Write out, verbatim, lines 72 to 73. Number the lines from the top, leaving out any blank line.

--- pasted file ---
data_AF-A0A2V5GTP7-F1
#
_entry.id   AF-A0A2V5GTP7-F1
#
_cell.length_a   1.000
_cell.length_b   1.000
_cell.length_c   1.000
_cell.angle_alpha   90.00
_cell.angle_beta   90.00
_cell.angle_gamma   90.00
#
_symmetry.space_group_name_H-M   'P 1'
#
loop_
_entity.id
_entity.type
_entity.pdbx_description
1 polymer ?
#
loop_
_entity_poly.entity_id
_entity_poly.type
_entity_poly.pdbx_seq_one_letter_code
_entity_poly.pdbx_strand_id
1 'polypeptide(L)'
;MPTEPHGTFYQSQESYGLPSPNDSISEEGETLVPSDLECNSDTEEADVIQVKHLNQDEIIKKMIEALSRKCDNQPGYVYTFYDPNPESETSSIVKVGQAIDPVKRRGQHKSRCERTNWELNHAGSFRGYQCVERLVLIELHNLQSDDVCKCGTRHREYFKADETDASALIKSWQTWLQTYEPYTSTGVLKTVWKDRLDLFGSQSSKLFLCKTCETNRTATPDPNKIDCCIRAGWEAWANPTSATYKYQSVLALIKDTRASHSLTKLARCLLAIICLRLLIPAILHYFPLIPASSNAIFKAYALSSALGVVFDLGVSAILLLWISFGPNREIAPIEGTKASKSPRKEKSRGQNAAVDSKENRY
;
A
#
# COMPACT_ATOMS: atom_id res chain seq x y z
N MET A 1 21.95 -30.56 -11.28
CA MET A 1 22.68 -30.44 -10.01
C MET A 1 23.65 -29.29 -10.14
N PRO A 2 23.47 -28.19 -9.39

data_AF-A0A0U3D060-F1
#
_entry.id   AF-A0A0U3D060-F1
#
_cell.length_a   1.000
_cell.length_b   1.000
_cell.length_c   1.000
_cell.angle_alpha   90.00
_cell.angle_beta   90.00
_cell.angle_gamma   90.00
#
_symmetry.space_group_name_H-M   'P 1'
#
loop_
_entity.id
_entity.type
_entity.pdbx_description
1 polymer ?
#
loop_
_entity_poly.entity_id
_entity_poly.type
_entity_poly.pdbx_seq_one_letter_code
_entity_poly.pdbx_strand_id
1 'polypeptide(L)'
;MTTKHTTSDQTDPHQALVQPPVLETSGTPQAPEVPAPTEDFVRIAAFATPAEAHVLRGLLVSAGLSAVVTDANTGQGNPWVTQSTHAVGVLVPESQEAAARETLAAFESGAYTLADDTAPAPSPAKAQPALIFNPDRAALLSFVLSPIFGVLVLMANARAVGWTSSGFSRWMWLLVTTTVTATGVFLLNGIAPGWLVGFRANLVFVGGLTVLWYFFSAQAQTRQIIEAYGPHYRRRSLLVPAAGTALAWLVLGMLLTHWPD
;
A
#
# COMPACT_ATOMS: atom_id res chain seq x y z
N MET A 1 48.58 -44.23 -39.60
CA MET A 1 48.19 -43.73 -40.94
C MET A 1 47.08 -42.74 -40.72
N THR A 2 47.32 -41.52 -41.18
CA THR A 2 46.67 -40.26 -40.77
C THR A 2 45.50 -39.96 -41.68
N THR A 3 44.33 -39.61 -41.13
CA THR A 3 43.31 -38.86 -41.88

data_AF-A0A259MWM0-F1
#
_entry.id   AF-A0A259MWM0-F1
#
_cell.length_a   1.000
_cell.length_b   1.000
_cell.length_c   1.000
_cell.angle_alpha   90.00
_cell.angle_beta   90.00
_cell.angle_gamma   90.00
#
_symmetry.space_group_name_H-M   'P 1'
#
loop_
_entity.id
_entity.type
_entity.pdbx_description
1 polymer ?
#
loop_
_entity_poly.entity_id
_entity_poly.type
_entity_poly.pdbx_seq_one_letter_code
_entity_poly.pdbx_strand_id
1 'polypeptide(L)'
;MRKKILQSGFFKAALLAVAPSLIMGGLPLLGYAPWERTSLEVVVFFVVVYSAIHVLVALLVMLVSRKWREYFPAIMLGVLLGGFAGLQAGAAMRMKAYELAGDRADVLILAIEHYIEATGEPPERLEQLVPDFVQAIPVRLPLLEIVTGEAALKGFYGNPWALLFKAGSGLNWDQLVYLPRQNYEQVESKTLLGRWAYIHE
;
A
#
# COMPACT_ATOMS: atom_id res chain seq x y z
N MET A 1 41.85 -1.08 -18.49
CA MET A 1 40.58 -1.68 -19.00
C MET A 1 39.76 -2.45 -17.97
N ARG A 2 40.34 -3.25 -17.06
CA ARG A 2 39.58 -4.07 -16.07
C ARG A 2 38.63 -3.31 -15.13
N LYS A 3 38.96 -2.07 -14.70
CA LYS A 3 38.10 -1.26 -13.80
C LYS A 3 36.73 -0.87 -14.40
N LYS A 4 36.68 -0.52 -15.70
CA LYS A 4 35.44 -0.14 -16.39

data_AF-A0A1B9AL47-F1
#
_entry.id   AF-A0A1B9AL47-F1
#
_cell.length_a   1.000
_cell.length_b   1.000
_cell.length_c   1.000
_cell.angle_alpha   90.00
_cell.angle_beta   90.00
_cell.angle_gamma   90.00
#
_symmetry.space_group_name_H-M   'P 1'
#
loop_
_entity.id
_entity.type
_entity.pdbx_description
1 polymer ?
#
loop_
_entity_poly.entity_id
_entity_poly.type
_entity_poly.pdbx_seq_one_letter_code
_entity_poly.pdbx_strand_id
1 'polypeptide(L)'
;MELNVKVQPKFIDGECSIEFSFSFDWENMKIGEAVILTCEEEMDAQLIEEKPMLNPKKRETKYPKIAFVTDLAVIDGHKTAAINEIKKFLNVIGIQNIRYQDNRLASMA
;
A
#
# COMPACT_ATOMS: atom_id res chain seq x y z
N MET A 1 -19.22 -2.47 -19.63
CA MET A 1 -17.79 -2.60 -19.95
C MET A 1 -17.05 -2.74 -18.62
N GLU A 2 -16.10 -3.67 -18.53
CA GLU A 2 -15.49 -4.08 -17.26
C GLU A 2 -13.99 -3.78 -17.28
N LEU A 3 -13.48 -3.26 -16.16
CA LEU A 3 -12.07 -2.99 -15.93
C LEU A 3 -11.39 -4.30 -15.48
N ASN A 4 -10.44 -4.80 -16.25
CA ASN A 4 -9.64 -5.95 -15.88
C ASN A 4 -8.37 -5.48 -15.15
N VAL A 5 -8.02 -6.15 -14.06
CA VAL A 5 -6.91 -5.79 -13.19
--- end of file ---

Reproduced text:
CA THR A 3 43.31 -38.86 -41.88

data_AF-A0A259MWM0-F1